The contest was a smashing success. We cleared a huge swath of Brazilian peppertrees from campus. It took the College about a month to clean up the debris. We repeated the competition once or twice more, but then we couldn’t have a contest again because there weren’t enough Brazilian peppertrees left. The following summer, I got a part-time job applying herbicide to tree stumps, a necessary step in keeping the plants from growing back.

It’s been twenty years now since those contests, and I’m sorry to say that the Brazilian peppertrees are back. You have to stay on top of them.

The Kadel Society

The Kadel Society was named for the College’s founding president, Dr. William H. Kadel, in honor of the vision and founding principles he helped establish at FPC/Eckerd College. This recognition society honors the outstanding group of alumni, parents, faculty, staff and friends who have made a provision for Eckerd in their estate plans.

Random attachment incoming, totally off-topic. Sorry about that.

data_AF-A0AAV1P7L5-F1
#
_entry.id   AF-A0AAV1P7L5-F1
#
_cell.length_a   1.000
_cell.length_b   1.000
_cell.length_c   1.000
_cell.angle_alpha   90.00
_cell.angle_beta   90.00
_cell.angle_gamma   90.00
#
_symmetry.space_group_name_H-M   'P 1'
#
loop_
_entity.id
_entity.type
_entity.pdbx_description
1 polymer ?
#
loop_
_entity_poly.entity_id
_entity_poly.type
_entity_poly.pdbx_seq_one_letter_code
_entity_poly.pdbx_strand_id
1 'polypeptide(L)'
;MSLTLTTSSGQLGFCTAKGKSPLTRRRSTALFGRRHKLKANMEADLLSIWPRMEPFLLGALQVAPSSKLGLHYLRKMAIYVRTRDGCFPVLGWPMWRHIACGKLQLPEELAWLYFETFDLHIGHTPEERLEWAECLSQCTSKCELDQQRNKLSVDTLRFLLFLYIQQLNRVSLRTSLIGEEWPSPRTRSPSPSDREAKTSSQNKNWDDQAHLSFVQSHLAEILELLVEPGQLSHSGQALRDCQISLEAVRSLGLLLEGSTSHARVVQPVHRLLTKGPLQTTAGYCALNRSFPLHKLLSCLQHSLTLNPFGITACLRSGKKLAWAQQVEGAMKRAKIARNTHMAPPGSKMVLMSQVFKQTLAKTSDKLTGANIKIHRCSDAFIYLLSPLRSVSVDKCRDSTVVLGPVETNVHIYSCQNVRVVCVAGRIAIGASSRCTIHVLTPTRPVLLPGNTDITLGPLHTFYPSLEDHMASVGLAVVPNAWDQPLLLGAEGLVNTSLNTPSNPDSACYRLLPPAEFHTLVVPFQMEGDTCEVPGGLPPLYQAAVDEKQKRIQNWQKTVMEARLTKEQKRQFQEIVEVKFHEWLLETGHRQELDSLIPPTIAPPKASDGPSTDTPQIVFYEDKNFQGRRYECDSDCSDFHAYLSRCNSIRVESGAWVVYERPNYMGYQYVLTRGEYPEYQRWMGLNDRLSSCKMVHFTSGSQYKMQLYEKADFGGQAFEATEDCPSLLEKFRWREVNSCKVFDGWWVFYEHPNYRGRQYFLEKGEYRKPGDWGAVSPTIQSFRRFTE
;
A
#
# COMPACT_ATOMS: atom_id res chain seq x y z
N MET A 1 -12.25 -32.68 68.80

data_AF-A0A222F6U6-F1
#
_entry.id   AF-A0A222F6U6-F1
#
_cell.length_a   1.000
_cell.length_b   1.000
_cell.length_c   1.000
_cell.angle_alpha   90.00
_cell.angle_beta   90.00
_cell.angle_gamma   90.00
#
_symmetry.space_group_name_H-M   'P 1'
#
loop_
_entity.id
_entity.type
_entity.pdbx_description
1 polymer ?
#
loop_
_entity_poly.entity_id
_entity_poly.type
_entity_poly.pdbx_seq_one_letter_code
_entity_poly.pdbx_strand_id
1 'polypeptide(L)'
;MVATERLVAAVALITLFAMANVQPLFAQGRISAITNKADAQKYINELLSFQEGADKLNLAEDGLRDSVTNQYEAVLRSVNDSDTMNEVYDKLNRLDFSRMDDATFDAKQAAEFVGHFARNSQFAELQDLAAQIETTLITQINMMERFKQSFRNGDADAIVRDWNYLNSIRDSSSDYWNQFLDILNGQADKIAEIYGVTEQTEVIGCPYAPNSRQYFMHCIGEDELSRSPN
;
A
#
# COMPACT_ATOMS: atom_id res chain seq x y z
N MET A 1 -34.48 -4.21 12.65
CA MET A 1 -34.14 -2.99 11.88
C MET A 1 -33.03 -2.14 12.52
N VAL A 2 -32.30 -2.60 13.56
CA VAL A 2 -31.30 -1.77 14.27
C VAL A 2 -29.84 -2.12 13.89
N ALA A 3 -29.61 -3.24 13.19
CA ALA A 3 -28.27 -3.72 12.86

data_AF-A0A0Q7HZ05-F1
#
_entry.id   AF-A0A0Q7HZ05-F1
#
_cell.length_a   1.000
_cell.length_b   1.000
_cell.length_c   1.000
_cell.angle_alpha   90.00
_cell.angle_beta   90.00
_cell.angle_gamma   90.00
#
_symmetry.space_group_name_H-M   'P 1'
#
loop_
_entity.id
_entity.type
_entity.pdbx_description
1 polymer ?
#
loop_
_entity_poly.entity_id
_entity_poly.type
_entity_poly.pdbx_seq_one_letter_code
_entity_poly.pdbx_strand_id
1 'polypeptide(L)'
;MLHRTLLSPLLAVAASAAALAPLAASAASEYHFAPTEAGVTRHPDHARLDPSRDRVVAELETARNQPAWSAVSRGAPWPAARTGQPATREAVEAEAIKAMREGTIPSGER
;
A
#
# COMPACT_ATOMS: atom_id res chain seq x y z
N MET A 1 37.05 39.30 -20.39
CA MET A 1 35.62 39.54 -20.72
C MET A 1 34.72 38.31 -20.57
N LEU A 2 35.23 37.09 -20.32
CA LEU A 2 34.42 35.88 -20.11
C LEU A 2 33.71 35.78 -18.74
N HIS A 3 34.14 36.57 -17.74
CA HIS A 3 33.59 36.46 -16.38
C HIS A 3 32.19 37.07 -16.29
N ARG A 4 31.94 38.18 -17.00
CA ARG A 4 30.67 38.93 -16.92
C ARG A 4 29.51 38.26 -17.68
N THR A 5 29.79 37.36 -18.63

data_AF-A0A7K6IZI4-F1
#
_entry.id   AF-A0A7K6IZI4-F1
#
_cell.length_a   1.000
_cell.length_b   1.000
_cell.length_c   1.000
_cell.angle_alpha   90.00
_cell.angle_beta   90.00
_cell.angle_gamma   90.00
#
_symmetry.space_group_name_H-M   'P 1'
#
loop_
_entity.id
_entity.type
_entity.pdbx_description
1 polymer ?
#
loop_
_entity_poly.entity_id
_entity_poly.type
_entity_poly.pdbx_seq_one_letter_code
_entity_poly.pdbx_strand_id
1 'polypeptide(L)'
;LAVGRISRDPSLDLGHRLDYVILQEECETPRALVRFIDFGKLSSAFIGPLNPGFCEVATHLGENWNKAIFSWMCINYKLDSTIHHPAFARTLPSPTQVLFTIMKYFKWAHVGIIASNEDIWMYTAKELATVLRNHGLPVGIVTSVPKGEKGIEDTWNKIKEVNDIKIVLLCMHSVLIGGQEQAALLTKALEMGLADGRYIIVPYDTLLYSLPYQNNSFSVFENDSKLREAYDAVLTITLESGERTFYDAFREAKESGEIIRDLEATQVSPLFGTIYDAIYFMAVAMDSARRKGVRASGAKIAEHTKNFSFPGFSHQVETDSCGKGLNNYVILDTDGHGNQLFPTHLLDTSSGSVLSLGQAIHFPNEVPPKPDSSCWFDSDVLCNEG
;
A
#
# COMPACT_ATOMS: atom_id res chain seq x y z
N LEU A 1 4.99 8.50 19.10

If you haven’t already, we hope you will consider supporting the unique learning community at Eckerd to perpetuate its legacy of educating creative thinkers, leaders and citizens of the world. If you have made provisions to include Eckerd College in your estate plans or want to document your bequest intentions with the College, contact Tom Schneider at 727.804.2108 or schneite@eckerd​.edu.

Would you like to receive the Kadel Society newsletter by email? Please email Tom Schneider, associate vice president for development, at schneite@eckerd.edu.
Kadel Society Newsletter Archives
Missed an issue? Check out our Kadel Society Newsletter Archive.

Ways to Give


A bequest is one of the most popular ways to make a gift. Through a provision in your will, you can provide significant support for the College. Your bequest can be a means to perpetuate the giving level at which you have provided during your lifetime. If you haven’t yet made an outright gift, a bequest can enable you to leave a legacy that will assist the College in the future.